“Secrets of the Projection Box” will give the public unique and intimate access to cinema’s projection box to celebrate the film reel, the original way to exhibit a movie before digital projection took over…
As film reels have made way for digital files, cinema craft has changed. Researchers from the University of Warwick, working with photographer Richard Nicholson are giving members of the public privileged access to a realm most cinema-goers never venture, the projection box.
The Projection Project team will give a Secrets of the Projection Box talk on Sunday April 24 at 3.45pm in the Birmingham Museum and Gallery Gas Hall, as part of Flatpack Film Festival. In addition a Virtual Projection Box will be set up for visitors to explore.
An exhibition of Richard Nicholson’s photography is also running throughout the Flatpack Film Festival in Birmingham (April 20-24) where Richard’s images which help to capture this pivotal moment are on display for the first time.
Visitors will learn from projectionists themselves about what the job entails, the projectionists’ views of cinema and the aesthetics of the ‘good performance’, contributing to their understanding of cinema as both industry and art form.
The team are part of The Projection Project at the University of Warwick, which investigates the evolving art of cinematic projection funded by the Arts & Humanities Research Council. They are working to document the changing role of the projectionist, following the switch of most cinemas to digital projection.
Their research also looks at the expansion of projection outside of the cinema. Increasingly people are making use of affordable technology taking cinematic projection into all kinds of atmospheric venues as well as people’s homes and out into the streets, sometimes known as ‘guerrilla projection’, ‘light-bombing’ and ‘projection-mapping’.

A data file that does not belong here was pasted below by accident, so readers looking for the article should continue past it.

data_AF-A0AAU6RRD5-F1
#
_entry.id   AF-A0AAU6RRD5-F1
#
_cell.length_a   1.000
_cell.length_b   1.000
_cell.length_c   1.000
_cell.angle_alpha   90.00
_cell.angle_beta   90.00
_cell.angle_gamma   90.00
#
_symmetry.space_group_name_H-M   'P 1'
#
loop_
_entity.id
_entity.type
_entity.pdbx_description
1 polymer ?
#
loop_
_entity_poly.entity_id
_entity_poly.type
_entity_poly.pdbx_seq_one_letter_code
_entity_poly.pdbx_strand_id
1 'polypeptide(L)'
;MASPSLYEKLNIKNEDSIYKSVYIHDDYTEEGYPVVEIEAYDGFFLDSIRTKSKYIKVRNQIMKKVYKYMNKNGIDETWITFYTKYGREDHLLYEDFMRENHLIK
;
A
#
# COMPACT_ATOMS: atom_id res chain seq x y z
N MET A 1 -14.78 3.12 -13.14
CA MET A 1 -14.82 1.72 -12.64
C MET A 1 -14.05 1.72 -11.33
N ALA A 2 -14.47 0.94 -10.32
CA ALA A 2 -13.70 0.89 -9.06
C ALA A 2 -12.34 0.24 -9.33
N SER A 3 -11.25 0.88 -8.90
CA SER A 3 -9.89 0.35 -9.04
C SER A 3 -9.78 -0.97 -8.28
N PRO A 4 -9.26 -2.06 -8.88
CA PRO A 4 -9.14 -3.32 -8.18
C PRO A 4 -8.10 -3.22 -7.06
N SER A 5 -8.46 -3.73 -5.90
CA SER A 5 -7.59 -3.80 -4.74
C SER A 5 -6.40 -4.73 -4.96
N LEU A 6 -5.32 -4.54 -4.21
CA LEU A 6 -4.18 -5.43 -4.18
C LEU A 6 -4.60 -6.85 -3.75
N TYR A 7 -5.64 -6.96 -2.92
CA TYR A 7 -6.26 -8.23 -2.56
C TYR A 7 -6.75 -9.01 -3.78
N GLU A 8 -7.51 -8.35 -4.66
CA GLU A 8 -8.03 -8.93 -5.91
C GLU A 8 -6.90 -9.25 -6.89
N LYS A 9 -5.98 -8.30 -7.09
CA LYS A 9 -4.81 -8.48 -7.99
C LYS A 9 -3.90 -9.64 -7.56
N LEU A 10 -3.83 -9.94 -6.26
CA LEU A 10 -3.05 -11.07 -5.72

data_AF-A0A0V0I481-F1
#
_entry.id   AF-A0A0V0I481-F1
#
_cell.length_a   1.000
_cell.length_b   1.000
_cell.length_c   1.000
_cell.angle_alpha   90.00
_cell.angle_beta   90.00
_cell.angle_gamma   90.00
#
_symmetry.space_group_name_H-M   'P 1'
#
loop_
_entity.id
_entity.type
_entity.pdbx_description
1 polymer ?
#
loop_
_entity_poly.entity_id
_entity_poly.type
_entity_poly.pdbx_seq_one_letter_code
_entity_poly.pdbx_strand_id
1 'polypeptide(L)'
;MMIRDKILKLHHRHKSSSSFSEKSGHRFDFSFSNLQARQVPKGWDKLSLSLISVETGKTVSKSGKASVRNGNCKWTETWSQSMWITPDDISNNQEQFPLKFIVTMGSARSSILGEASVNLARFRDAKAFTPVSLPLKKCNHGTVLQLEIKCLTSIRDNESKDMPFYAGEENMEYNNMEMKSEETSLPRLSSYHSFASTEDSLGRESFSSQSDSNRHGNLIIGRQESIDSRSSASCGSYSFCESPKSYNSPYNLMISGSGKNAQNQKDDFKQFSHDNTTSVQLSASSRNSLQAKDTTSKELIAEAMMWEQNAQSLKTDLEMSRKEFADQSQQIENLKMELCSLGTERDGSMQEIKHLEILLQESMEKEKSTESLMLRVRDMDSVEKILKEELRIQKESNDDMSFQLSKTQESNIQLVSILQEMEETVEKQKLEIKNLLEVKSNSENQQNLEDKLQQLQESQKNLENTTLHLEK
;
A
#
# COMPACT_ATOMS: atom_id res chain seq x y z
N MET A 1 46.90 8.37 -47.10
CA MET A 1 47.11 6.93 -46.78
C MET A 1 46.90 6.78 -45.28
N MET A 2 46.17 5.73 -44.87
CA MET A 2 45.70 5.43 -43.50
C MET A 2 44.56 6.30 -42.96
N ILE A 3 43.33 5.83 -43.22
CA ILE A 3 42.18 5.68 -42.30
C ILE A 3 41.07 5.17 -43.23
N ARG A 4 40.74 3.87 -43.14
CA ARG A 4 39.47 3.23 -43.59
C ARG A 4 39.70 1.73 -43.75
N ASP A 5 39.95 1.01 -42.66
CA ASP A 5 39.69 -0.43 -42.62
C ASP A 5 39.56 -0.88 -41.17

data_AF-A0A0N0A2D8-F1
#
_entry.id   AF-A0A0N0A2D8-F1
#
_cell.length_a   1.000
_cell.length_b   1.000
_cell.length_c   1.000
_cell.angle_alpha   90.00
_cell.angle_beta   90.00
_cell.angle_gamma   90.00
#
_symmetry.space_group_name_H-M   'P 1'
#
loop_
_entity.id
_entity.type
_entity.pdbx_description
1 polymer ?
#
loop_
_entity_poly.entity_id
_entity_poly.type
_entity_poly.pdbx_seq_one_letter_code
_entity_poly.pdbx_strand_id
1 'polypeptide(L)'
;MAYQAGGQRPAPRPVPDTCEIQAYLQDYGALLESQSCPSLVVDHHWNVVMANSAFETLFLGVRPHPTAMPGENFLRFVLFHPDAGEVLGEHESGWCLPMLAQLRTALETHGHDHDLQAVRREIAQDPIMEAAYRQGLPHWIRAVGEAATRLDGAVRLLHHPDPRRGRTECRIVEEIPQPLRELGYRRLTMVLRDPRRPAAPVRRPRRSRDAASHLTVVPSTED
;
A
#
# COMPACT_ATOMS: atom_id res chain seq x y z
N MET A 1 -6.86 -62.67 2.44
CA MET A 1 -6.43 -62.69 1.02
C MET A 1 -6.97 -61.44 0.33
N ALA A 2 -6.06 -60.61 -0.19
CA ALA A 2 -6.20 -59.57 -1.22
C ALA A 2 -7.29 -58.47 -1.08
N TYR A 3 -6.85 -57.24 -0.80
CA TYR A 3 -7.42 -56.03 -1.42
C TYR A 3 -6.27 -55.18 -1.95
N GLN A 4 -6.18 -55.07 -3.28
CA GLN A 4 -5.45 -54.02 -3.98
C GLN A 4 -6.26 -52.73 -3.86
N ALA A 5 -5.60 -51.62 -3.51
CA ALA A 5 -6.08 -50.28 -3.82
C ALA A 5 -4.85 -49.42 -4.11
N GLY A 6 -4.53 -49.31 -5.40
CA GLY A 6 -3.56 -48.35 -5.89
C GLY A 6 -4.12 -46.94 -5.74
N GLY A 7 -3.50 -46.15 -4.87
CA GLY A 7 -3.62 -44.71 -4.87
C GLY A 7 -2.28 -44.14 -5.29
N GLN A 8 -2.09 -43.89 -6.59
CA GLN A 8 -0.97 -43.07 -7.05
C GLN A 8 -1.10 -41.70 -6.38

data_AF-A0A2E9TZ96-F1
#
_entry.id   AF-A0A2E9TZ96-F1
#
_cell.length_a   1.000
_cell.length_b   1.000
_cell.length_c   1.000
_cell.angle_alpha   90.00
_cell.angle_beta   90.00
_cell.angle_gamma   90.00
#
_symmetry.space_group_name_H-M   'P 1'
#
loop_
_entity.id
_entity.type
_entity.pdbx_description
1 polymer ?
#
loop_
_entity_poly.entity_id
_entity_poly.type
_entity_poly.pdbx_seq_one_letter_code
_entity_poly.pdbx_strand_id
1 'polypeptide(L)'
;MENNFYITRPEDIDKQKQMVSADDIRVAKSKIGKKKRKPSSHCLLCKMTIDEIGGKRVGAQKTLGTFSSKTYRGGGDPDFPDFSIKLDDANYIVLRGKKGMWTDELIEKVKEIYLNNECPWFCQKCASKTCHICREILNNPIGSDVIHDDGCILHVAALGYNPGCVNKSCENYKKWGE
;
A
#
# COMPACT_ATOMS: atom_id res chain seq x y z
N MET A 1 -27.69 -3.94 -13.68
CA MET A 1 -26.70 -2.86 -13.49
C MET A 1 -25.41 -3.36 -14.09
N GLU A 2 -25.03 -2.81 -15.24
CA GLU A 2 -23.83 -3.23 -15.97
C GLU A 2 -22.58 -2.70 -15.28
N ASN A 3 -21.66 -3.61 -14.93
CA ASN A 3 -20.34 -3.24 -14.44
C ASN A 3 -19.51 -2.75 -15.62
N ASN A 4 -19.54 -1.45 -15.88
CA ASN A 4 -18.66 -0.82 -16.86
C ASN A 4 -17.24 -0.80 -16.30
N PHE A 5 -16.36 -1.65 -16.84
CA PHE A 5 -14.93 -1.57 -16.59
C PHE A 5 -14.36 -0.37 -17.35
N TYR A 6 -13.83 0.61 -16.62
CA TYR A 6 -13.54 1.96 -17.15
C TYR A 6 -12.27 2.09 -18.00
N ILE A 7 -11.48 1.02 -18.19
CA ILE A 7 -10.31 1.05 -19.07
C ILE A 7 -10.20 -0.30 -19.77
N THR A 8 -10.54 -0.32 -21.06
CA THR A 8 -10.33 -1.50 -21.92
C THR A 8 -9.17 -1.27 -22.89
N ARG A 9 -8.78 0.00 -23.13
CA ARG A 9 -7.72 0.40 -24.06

The University of Warwick’s Projection Project has conducted audio interviews with projectionists recounting their working lives. Recorded around the UK from Glasgow to Bristol, Newcastle to Cardiff, Birmingham to Leeds, London and elsewhere in between those interviewed include projectionists who are still working, have retired or been made redundant by the shift to digital projection. The recorded memories reach all the way back to the 1940s and cover the changes in the industry since then, from highly flammable nitrate prints and the increased safety of acetate film to the abrupt arrival of digital projectors and the sudden redundancy of many projectionists.
Dr Richard Wallace, University of Warwick Research Fellow said, “It is an old projectionists’ adage that the audience should not know that they are there. It is the tragedy of the projectionist that the better they are at the job, the more their labour goes unappreciated. With The Projectionists we hope to make visible some of the magic involved in making a visit to the cinema such a magical experience, before projectionist are gone forever.”
Neil Thompson, projectionist said, “You think, ‘This film’s cost so many millions to make and it’s me that’s in charge of showing it. I’m the last link in the chain’. I think this is what I think a projectionist is. From a story to a screenplay, then a crew’s got ready, and then they get the actors and it’s filmed, it’s processed, then it’s sent to cinemas for people to see. You’re the last link in the chain so it’s up to you to present it properly.”
The Projection Project has an interactive website; where visitors can explore a virtual projection box, listen to interviews with projectionists as they discuss their craft, and learn about the equipment used in projection: http://projectionproject.warwick.ac.uk